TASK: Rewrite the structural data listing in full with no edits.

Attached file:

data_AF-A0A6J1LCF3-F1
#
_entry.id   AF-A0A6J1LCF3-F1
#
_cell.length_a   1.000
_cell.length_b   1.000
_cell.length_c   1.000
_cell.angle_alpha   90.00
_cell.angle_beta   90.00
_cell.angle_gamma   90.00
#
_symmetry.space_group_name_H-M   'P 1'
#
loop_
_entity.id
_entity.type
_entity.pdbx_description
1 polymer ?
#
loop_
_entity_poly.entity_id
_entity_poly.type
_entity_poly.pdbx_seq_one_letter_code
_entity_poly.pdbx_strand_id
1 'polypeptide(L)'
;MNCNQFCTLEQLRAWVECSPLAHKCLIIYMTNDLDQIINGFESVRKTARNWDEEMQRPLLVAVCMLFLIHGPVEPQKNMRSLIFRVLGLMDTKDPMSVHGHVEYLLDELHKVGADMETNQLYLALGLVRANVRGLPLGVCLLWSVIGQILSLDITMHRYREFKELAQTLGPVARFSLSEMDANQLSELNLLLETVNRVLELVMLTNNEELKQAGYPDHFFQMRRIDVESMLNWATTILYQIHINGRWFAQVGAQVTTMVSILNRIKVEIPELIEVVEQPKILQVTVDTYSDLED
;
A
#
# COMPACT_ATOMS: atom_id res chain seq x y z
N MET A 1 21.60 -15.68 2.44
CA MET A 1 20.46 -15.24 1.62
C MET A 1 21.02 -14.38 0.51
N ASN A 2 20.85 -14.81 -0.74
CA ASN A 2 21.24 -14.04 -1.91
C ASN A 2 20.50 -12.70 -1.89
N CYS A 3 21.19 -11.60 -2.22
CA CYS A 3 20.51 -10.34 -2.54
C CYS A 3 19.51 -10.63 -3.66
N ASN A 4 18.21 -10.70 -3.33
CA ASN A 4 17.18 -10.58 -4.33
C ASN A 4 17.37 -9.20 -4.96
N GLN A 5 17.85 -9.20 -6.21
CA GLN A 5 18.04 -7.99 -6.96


data_AF-A0A6J1LCF3-F1
#
_entry.id   AF-A0A6J1LCF3-F1
#
_cell.length_a   1.000
_cell.length_b   1.000
_cell.length_c   1.000
_cell.angle_alpha   90.00
_cell.angle_beta   90.00
_cell.angle_gamma   90.00
#
_symmetry.space_group_name_H-M   'P 1'
#
loop_
_entity.id
_entity.type
_entity.pdbx_description
1 polymer ?
#
loop_
_entity_poly.entity_id
_entity_poly.type
_entity_poly.pdbx_seq_one_letter_code
_entity_poly.pdbx_strand_id
1 'polypeptide(L)'
;MNCNQFCTLEQLRAWVECSPLAHKCLIIYMTNDLDQIINGFESVRKTARNWDEEMQRPLLVAVCMLFLIHGPVEPQKNMRSLIFRVLGLMDTKDPMSVHGHVEYLLDELHKVGADMETNQLYLALGLVRANVRGLPLGVCLLWSVIGQILSLDITMHRYREFKELAQTLGPVARFSLSEMDANQLSELNLLLETVNRVLELVMLTNNEELKQAGYPDHFFQMRRIDVESMLNWATTILYQIHINGRWFAQVGAQVTTMVSILNRIKVEIPELIEVVEQPKILQVTVDTYSDLED
;
A
#
# COMPACT_ATOMS: atom_id res chain seq x y z
N MET A 1 21.60 -15.68 2.44
CA MET A 1 20.46 -15.24 1.62
C MET A 1 21.02 -14.38 0.51
N ASN A 2 20.85 -14.81 -0.74
CA ASN A 2 21.24 -14.04 -1.91
C ASN A 2 20.50 -12.70 -1.89
N CYS A 3 21.19 -11.60 -2.22
CA CYS A 3 20.51 -10.34 -2.54
C CYS A 3 19.51 -10.63 -3.66
N ASN A 4 18.21 -10.70 -3.33
CA ASN A 4 17.18 -10.58 -4.33
C ASN A 4 17.37 -9.20 -4.96
N GLN A 5 17.85 -9.20 -6.21
CA GLN A 5 18.04 -7.99 -6.96